Is Investing At Market Tops A Wise Strategy?

The best time to invest in stocks is when blood is running on the street. Or to put it another way bear markets are great time to pick up quality names at cheap prices. While everything is falling day after day it takes courage to jump into the waters. While buying stocks when prices are low is a great strategy what about investing when prices are at their peaks. Putting cash into equity markets during peaks of bull markets is also not easy as there is always the fear of when stock would reverse course. Currently US equity markets are in a multi-year bull market. Many stocks at trading at their peaks and certain areas of the equity markets looks frothy. In the current market condition, companies with very low revenues and even tiny profits are worth billions. So does it make sense to buy stocks now?

According to an article by Scott Krauthamer at Alliance Bernstein, periodic investing at market peaks can also yield decent positive returns especially over the long run. From the piece:

High Valuations Don’t Always End in Disaster

For many investors, elevated valuations are an obstacle to deploying cash today—particularly in US stocks, which climbed to new record highs in early February. However, our research suggests that equities have delivered solid returns over time, even for investors who entered the market when stocks looked relatively expensive.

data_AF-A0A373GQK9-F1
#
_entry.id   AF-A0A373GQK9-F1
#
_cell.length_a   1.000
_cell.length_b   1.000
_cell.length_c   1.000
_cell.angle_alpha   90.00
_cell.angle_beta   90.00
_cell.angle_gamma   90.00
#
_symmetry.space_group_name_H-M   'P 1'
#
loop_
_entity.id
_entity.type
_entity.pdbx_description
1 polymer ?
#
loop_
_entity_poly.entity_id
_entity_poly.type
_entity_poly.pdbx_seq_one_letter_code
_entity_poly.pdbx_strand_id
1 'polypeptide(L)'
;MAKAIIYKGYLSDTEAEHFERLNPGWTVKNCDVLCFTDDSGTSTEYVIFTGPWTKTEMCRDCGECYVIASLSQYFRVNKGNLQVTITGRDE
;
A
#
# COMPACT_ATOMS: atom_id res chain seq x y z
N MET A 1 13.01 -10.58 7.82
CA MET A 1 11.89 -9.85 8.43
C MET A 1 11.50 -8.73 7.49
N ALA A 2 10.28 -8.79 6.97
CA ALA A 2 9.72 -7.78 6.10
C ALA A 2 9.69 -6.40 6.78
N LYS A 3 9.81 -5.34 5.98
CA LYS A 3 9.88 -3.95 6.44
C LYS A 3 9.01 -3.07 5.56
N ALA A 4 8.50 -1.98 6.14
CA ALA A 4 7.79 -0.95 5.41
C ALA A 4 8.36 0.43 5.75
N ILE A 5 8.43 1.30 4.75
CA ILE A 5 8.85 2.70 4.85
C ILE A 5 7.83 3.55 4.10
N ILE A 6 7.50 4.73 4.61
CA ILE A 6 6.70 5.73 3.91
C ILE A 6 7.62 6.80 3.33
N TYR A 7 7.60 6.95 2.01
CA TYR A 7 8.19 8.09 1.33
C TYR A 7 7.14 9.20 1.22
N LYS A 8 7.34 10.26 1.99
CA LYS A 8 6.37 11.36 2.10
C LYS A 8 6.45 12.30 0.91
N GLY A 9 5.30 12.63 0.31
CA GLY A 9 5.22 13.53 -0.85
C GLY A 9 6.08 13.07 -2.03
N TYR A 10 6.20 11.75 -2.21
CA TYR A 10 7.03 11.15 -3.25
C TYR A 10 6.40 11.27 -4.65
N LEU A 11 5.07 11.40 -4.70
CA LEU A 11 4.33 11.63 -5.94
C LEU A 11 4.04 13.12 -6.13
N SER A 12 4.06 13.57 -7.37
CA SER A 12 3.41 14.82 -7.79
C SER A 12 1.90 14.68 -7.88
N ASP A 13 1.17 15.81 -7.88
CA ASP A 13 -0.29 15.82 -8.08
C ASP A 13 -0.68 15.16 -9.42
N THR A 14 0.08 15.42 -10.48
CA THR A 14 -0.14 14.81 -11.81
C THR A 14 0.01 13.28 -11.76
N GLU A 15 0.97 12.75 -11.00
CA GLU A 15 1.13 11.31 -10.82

In fact, since 1950, the S&P 500 has been at or near record highs in 43% of all months (Display). And if you invested equal amounts at each market peak, US stocks would have delivered average annual returns of 9.6%. That’s 1.9% lower than the returns generated by investing at each bear market bottom, but a solid outcome over time, in our view.

Line chart shows of S and P 500 returns since 1950, with gray shading indicating the market has been at or near record highs 43% of the time.

High valuations don’t always end in disaster. But today’s valuations have been shaped by unusual market trends, adding concerns for investors. Rising price/earnings valuations of US stocks have been driven mostly by a surge in share prices, not by earnings growth. In other words, investors have pushed up share prices in anticipation that a global growth recovery will fuel a rebound in corporate earnings.

That’s a tall order. We believe earnings are unlikely to rise simultaneously across the market, given uncertainties about how countries will emerge from the pandemic, the pace of economic recovery and business challenges in many industries. So, investing in exchange- traded funds (ETFs) to gain passive, low-cost market exposure may not be the best way to redeploy cash to capture recovery potential.

Source: Cold Cash? How to Redeploy in Hot Markets, Alliance Bernstein

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Related ETF:

  • SPDR S&P 500 ETF (SPY)

Disclosure: No positions

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